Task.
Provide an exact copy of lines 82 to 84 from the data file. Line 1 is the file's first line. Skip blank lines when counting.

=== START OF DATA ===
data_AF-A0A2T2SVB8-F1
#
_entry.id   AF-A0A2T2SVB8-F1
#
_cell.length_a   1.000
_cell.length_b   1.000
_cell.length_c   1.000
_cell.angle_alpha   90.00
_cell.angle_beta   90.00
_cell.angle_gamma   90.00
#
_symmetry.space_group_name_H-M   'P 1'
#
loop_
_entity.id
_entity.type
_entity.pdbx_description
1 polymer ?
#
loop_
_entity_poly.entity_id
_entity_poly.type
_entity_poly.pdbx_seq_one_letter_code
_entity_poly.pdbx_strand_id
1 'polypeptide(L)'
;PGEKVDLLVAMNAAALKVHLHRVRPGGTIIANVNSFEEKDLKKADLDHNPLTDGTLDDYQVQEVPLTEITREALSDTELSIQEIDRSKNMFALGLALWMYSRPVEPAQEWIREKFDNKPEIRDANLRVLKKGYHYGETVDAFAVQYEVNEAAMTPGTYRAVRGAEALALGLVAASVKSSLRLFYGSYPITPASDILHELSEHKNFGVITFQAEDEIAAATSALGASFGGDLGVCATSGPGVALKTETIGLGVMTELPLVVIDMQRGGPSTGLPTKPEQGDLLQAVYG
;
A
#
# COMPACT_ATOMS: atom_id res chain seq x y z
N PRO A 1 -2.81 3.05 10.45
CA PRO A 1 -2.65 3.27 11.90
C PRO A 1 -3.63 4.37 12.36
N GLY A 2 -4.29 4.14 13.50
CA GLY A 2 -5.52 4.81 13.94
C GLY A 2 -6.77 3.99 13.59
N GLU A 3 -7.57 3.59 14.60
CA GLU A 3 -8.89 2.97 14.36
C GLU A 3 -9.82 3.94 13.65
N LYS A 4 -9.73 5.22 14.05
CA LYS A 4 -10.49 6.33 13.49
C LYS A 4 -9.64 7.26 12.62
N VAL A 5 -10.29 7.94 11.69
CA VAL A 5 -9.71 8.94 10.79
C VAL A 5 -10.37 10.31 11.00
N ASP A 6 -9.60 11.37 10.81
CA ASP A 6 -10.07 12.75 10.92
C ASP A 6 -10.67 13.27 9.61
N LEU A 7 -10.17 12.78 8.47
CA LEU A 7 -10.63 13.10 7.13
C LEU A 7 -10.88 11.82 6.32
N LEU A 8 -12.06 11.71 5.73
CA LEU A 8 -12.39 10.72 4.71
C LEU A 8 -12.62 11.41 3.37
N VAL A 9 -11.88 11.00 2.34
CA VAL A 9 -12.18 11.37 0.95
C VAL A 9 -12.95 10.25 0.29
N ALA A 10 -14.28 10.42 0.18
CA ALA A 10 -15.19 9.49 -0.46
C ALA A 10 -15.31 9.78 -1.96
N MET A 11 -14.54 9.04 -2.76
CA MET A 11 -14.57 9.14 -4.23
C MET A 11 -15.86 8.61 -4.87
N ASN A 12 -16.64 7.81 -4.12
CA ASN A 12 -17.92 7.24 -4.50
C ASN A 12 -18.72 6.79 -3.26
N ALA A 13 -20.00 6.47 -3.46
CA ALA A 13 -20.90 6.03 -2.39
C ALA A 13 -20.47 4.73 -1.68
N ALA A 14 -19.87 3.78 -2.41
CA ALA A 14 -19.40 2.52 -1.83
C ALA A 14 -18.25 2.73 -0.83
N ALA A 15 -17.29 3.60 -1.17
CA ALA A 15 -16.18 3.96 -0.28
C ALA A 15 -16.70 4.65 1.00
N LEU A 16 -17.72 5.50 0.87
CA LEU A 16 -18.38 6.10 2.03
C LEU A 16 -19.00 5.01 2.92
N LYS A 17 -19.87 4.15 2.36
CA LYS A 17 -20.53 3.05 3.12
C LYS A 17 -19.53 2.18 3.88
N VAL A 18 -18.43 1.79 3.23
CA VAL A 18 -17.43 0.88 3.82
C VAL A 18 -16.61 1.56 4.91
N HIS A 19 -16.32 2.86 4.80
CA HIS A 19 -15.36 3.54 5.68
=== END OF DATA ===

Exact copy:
N VAL A 18 -18.43 1.79 3.23
CA VAL A 18 -17.43 0.88 3.82
C VAL A 18 -16.61 1.56 4.91